Describing the new campaign as “a powerful tool”, Cleverly said that as well as the campaign, the government was delivering “a world-first agreement from tech firms to prevent online fraud and the rollout of a national fraud squad that has 400 expert investigators.”
The campaign website – Stop! Think Fraud – can be found here.
During the morning media round, Tugendhat cautioned that “fraud ruins lives”, while also claiming that the Conservative givernment he was representing was wrong to write off £4.3bn in fraudulent Covid loans. [See 9.58am GMT]
Labour’s Emily Thornberry was somewhat less impressed, with the shadow attorney general pointing out the government had overseen a near eightfold increase in the crime, adding that “After 14 years spent sleepwalking through the escalation of the crisis, launching an ad campaign in response is the definition of too little, too late.”
During his visit to Harrogate this morning, Rishi Sunak has claimed that local buses have benefited from his government’s decisions to scrap the northern leg of HS2.
PA Media reports the said:
Every penny from HS2 in the North, almost £20bn, is going to stay in the North. We’re here at a bus depot, which is benefiting from the £2 bus fare that we were able to put in place as a result of the reprioritisation.
Local road schemes across the North, railway stations being reopened – those are the types of the projects I think people want us to invest in alongside road maintenance, and that’s exactly what we’re doing.
Sunak said “Talking to the team here, as a result of that policy, they’ve seen a 15% increase in bus numbers in this area – I’m here in Harrogate, in North Yorkshire. That demonstrates that policy is working and the plans we’ve put in place are the right ones.”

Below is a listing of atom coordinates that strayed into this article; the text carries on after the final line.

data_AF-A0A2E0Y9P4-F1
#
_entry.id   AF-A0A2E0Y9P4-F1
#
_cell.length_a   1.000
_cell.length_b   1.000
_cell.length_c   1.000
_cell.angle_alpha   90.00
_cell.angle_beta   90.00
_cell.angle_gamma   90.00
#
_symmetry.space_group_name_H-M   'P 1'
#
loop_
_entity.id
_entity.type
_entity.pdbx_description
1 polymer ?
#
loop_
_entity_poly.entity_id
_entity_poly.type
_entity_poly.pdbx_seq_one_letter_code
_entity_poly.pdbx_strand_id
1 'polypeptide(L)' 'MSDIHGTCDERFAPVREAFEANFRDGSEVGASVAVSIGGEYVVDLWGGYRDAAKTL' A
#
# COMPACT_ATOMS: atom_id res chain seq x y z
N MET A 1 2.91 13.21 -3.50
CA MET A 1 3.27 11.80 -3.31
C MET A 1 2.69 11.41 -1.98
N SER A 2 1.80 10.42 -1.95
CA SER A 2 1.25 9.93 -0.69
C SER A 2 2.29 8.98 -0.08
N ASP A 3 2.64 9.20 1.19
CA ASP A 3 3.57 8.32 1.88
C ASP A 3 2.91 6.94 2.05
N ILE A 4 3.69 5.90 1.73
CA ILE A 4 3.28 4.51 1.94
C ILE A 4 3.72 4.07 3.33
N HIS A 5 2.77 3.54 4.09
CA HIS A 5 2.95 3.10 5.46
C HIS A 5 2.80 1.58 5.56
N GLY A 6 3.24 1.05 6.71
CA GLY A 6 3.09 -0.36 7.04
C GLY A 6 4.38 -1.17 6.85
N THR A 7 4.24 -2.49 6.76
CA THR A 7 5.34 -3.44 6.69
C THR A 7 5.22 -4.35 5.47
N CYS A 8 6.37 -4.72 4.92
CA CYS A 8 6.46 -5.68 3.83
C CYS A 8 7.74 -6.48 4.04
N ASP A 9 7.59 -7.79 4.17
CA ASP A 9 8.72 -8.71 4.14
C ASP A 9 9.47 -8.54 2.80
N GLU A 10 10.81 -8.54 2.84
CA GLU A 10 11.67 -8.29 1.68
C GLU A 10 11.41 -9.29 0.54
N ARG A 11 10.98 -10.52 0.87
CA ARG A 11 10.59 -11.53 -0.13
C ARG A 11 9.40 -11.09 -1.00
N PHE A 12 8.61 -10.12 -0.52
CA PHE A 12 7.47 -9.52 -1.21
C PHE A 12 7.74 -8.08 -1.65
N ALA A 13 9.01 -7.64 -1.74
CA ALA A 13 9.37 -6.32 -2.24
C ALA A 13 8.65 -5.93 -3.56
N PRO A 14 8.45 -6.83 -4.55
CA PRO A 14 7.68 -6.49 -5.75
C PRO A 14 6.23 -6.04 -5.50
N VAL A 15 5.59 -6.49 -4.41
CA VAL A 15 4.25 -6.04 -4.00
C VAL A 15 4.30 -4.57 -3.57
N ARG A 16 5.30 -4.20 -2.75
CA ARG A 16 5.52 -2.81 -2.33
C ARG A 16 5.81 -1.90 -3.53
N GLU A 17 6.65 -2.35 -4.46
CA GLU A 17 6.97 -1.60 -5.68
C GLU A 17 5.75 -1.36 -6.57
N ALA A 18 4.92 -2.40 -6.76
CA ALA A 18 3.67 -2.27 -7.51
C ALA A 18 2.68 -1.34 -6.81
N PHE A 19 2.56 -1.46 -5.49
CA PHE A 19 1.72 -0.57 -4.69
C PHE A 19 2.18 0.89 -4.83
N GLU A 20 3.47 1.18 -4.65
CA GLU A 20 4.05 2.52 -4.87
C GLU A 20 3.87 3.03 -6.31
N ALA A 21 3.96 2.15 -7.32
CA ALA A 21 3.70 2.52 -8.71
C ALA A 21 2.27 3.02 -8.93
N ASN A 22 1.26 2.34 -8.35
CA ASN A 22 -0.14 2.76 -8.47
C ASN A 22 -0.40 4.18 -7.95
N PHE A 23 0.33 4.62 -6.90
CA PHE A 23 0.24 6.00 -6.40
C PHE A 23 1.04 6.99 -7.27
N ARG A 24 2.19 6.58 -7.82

The prime minister said the £2 bus fare cap was a direct result of his decision on HS2. The initial three month cap came into effect in January 2023, with the Department for Transport saying the average fare for a three-mile journey was about £2.80, meaning that passengers would save 30% of the price every time they travelled.
Sunak announced the scrapping of the northern leg of HS2 in October 2023. Last week the public accounts committee of MPs said the remaining London-Birmingham line will be “very poor value for money” and the government does not yet understand how the remaining £67bn high-speed line will now function as a railway.
Police have announced they will take no further action against Conservative MP Andrew Rosindell after he was arrested on suspicion of rape, sexual assault and misconduct in a public office. Scotland Yard said a “thorough investigation” had been carried out and the evidence threshold for criminal prosecution had not been met. In a statement, a spokesperson for the Romford MP said he had been “completely exonerated”.